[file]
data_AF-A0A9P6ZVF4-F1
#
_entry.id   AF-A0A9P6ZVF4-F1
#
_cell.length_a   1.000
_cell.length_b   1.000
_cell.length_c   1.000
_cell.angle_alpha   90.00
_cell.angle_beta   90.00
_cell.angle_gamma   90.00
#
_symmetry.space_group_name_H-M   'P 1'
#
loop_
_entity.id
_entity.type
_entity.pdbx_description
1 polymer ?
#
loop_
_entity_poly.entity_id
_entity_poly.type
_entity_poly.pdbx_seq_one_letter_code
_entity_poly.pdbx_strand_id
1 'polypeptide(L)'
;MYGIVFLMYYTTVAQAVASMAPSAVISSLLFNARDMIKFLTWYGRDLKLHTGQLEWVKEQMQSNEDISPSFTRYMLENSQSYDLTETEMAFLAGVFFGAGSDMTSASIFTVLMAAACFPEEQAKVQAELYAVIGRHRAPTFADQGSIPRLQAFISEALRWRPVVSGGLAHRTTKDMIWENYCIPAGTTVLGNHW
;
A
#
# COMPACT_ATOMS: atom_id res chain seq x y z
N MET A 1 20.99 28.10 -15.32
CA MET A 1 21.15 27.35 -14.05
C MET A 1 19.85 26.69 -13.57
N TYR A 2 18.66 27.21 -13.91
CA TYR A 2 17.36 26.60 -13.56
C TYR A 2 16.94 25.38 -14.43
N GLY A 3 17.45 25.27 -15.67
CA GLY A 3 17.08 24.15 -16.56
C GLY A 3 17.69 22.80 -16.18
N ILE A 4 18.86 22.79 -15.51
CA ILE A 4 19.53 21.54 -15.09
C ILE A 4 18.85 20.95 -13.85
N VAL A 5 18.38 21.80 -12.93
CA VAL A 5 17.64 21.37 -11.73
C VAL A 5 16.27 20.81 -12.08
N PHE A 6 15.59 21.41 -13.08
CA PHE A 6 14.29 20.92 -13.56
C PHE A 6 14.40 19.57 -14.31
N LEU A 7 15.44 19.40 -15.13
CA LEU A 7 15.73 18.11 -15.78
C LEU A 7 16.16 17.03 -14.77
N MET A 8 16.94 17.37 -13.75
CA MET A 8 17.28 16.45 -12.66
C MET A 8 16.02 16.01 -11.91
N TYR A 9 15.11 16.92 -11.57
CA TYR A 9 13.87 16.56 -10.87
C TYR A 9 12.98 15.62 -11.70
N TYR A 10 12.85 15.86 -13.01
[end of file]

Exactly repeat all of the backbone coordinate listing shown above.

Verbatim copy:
data_AF-A0A9P6ZVF4-F1
#
_entry.id   AF-A0A9P6ZVF4-F1
#
_cell.length_a   1.000
_cell.length_b   1.000
_cell.length_c   1.000
_cell.angle_alpha   90.00
_cell.angle_beta   90.00
_cell.angle_gamma   90.00
#
_symmetry.space_group_name_H-M   'P 1'
#
loop_
_entity.id
_entity.type
_entity.pdbx_description
1 polymer ?
#
loop_
_entity_poly.entity_id
_entity_poly.type
_entity_poly.pdbx_seq_one_letter_code
_entity_poly.pdbx_strand_id
1 'polypeptide(L)'
;MYGIVFLMYYTTVAQAVASMAPSAVISSLLFNARDMIKFLTWYGRDLKLHTGQLEWVKEQMQSNEDISPSFTRYMLENSQSYDLTETEMAFLAGVFFGAGSDMTSASIFTVLMAAACFPEEQAKVQAELYAVIGRHRAPTFADQGSIPRLQAFISEALRWRPVVSGGLAHRTTKDMIWENYCIPAGTTVLGNHW
;
A
#
# COMPACT_ATOMS: atom_id res chain seq x y z
N MET A 1 20.99 28.10 -15.32
CA MET A 1 21.15 27.35 -14.05
C MET A 1 19.85 26.69 -13.57
N TYR A 2 18.66 27.21 -13.91
CA TYR A 2 17.36 26.60 -13.56
C TYR A 2 16.94 25.38 -14.43
N GLY A 3 17.45 25.27 -15.67
CA GLY A 3 17.08 24.15 -16.56
C GLY A 3 17.69 22.80 -16.18
N ILE A 4 18.86 22.79 -15.51
CA ILE A 4 19.53 21.54 -15.09
C ILE A 4 18.85 20.95 -13.85
N VAL A 5 18.38 21.80 -12.93
CA VAL A 5 17.64 21.37 -11.73
C VAL A 5 16.27 20.81 -12.08
N PHE A 6 15.59 21.41 -13.08
CA PHE A 6 14.29 20.92 -13.56
C PHE A 6 14.40 19.57 -14.31
N LEU A 7 15.44 19.40 -15.13
CA LEU A 7 15.73 18.11 -15.78
C LEU A 7 16.16 17.03 -14.77
N MET A 8 16.94 17.37 -13.75
CA MET A 8 17.28 16.45 -12.66
C MET A 8 16.02 16.01 -11.91
N TYR A 9 15.11 16.92 -11.57
CA TYR A 9 13.87 16.56 -10.87
C TYR A 9 12.98 15.62 -11.70
N TYR A 10 12.85 15.86 -13.01